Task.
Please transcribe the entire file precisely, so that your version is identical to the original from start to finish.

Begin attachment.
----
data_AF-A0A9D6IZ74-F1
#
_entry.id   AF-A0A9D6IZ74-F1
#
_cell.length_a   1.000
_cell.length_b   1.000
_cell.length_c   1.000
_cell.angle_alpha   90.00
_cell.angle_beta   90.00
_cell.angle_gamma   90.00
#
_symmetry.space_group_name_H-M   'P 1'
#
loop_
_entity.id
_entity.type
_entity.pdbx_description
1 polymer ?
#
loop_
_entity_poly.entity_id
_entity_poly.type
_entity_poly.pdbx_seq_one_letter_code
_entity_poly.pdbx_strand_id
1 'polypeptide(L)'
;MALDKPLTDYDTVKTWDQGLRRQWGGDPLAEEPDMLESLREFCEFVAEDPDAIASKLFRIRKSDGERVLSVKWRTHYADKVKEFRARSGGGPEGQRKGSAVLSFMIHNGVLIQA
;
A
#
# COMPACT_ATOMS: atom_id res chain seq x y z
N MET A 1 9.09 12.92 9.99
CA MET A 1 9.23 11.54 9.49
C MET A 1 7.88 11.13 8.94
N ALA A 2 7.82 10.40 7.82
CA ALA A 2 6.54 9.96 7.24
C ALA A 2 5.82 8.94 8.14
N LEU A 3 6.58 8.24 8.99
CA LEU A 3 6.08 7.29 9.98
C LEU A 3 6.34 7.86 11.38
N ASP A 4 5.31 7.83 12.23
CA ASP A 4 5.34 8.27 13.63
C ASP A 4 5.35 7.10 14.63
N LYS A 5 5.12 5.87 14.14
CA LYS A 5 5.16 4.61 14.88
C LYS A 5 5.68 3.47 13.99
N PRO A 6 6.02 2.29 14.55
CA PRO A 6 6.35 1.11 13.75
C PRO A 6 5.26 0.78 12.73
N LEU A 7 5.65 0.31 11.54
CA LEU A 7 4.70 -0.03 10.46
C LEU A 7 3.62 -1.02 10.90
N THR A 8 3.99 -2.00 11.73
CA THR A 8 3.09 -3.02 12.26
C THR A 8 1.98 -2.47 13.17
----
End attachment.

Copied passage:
data_AF-A0A9D6IZ74-F1
#
_entry.id   AF-A0A9D6IZ74-F1
#
_cell.length_a   1.000
_cell.length_b   1.000
_cell.length_c   1.000
_cell.angle_alpha   90.00
_cell.angle_beta   90.00
_cell.angle_gamma   90.00
#
_symmetry.space_group_name_H-M   'P 1'
#
loop_
_entity.id
_entity.type
_entity.pdbx_description
1 polymer ?
#
loop_
_entity_poly.entity_id
_entity_poly.type
_entity_poly.pdbx_seq_one_letter_code
_entity_poly.pdbx_strand_id
1 'polypeptide(L)'
;MALDKPLTDYDTVKTWDQGLRRQWGGDPLAEEPDMLESLREFCEFVAEDPDAIASKLFRIRKSDGERVLSVKWRTHYADKVKEFRARSGGGPEGQRKGSAVLSFMIHNGVLIQA
;
A
#
# COMPACT_ATOMS: atom_id res chain seq x y z
N MET A 1 9.09 12.92 9.99
CA MET A 1 9.23 11.54 9.49
C MET A 1 7.88 11.13 8.94
N ALA A 2 7.82 10.40 7.82
CA ALA A 2 6.54 9.96 7.24
C ALA A 2 5.82 8.94 8.14
N LEU A 3 6.58 8.24 8.99
CA LEU A 3 6.08 7.29 9.98
C LEU A 3 6.34 7.86 11.38
N ASP A 4 5.31 7.83 12.23
CA ASP A 4 5.34 8.27 13.63
C ASP A 4 5.35 7.10 14.63
N LYS A 5 5.12 5.87 14.14
CA LYS A 5 5.16 4.61 14.88
C LYS A 5 5.68 3.47 13.99
N PRO A 6 6.02 2.29 14.55
CA PRO A 6 6.35 1.11 13.75
C PRO A 6 5.26 0.78 12.73
N LEU A 7 5.65 0.31 11.54
CA LEU A 7 4.70 -0.03 10.46
C LEU A 7 3.62 -1.02 10.90
N THR A 8 3.99 -2.00 11.73
CA THR A 8 3.09 -3.02 12.26
C THR A 8 1.98 -2.47 13.17